Once I presented my card and provided my address and date of birth I was weighed and measured…again. I was then brought to a nice Lazy Boy and pretty much told to strip and put on my lovely robe and slippers! Yep those up sold hospital gown and booties.
I met my nurse Patricia who put my bracelets on and then confirmed my history and everything in her binder to make sure I was there for an Ablation and not something else. 😉
Then came the fun part. You guessed the groin shave! She asked if I did that and no I did not. The privilege was all hers! I’ll leave you with that image.😇
Next she put in a line for my IV for me.
Of course during that time my nerves were getting to me and I must have visited the washroom like three times. Until finally an orderly came to take me down to the Cath/EP lab. I said goodbye to Kiera gave her my glasses and away I went. So there will be no pictures from this point and only your imagination.
We travelled down a few hallways into the new wing of the Heart Institute where all the state of the art equipment was. It wasn’t very far, but as soon as we approached my final destination I was fitted with a lovely blue cap to wear for my procedure.
Once I arrived I met with several people. First up was Karen the nurse who had a special message for me from Kristin from my hometown who left specific instructions with Karen to take very good care of me…Aww Thanks Kristin! ♥
Then I met the attending anesthetist Ben then his supervisor which I can’t remember his name. Another radiologist, Caroline I think came to ask me questions. Eventually Karen came back and lowered the rails and said come on in! I’m like I have to walk to the operating table! Ok then!
Here I am in this very cold operating room with my “robe” and “slippers” and new found bathroom cap. I was stylin’
I get up the edge of the table and Karen says I need to wire you up so basically stripping me down and of course noticing the ink on my back. Anyhow, she warned me some of the strips would be cold. Oh man it was like having a bunch of ice thrown down your back. That type of feeling. there must have been a series of patches. I proceeded to get on to the table but it was a most bizarre table as it was slender and wider near my feet. Oh and before I go on the EP lab I was in wasn’t my physician’s normal room and he wasn’t too pleased with that. It’s interesting how doctors get a feel for equipment for their procedures. Anyhow, back to the table…it was apparently missing a piece so I had to sit up with all these wires hanging off me and of course naked and shivering as it was freezing. I got some warm blanket as they inserted the missing piece and I was able to lie back down. The sleep doc asked me a question about if I had kids and I said yes I have two teen daughters. His reply well sheesh no wonder why you have AFib!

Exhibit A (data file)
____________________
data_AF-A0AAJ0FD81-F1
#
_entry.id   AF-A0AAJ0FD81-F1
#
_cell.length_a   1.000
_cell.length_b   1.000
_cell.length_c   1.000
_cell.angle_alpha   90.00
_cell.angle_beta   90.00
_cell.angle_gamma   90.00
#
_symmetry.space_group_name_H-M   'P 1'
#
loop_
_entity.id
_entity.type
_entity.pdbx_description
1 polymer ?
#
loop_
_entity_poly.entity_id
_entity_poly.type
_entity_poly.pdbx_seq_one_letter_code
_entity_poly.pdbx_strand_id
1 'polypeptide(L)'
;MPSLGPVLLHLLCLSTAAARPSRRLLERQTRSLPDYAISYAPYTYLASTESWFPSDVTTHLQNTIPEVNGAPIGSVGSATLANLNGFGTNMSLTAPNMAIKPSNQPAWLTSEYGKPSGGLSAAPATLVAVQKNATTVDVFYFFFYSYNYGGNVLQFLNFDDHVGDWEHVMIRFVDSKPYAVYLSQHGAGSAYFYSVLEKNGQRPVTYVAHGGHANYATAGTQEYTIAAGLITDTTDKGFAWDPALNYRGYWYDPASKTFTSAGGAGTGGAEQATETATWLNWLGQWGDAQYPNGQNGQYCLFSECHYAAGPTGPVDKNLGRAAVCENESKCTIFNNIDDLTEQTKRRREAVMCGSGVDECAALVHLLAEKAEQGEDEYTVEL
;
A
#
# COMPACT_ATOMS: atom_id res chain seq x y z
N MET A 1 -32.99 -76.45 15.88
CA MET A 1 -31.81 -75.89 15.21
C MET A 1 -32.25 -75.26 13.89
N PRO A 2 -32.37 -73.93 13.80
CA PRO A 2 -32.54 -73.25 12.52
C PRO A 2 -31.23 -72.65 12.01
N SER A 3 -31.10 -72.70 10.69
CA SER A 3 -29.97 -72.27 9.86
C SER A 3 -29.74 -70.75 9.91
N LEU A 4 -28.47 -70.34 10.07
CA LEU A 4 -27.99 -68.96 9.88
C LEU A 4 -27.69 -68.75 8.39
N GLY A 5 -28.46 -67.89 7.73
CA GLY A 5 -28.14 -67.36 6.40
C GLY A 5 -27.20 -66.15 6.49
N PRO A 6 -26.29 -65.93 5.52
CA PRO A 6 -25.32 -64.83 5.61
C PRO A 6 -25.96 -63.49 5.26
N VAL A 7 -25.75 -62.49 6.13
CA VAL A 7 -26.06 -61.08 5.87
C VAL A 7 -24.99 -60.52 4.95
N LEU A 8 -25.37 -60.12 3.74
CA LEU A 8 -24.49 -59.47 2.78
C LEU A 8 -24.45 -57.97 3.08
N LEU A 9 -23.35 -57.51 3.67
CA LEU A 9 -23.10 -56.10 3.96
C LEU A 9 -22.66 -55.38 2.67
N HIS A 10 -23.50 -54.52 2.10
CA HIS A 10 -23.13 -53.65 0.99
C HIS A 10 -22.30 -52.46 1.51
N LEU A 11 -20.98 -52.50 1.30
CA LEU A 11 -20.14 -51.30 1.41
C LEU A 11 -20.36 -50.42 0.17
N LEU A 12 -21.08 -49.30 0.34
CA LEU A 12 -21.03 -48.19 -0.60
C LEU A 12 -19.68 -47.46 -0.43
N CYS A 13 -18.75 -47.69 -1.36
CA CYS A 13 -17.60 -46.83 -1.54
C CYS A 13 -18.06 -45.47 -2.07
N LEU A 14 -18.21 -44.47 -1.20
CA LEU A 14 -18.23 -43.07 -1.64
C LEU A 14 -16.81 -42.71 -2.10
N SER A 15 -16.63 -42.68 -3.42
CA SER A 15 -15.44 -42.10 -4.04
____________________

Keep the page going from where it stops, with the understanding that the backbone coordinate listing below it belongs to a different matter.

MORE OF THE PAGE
His attendee started getting his line ready while I was still being wired up with all sorts of monitors.
The last thing I remember once they got all the monitors in place was I’m going to give you something to relax and bam I don’t remember a thing after that. All I know is that it was about 6+ hours for the procedure. They had to go through both sides of my groin, but they were able to isolate my veins, which meant they had a clear path to get to the left atria that was the cause of my AFib.
All I recall is being very groggy and I don’t know who it was they were calling me to wake up and squeeze someone’s hand. I don’t know what was going on, but I have some recollection of the breathing tube ext-abated and then no clue when I was wheeled into the recovery area. I do know Kiera and Mei-Ling were there, but I was so out of it I didn’t know what time it was or what was going on. I do recall moments of going in and out of consciousness as I had an oxygen mask on and recall asking for some pain meds as my chest was on fire. Kiera made sure they gave me something for it, but it must have helped as I passed out again. It seems whatever they gave me really knocked me out.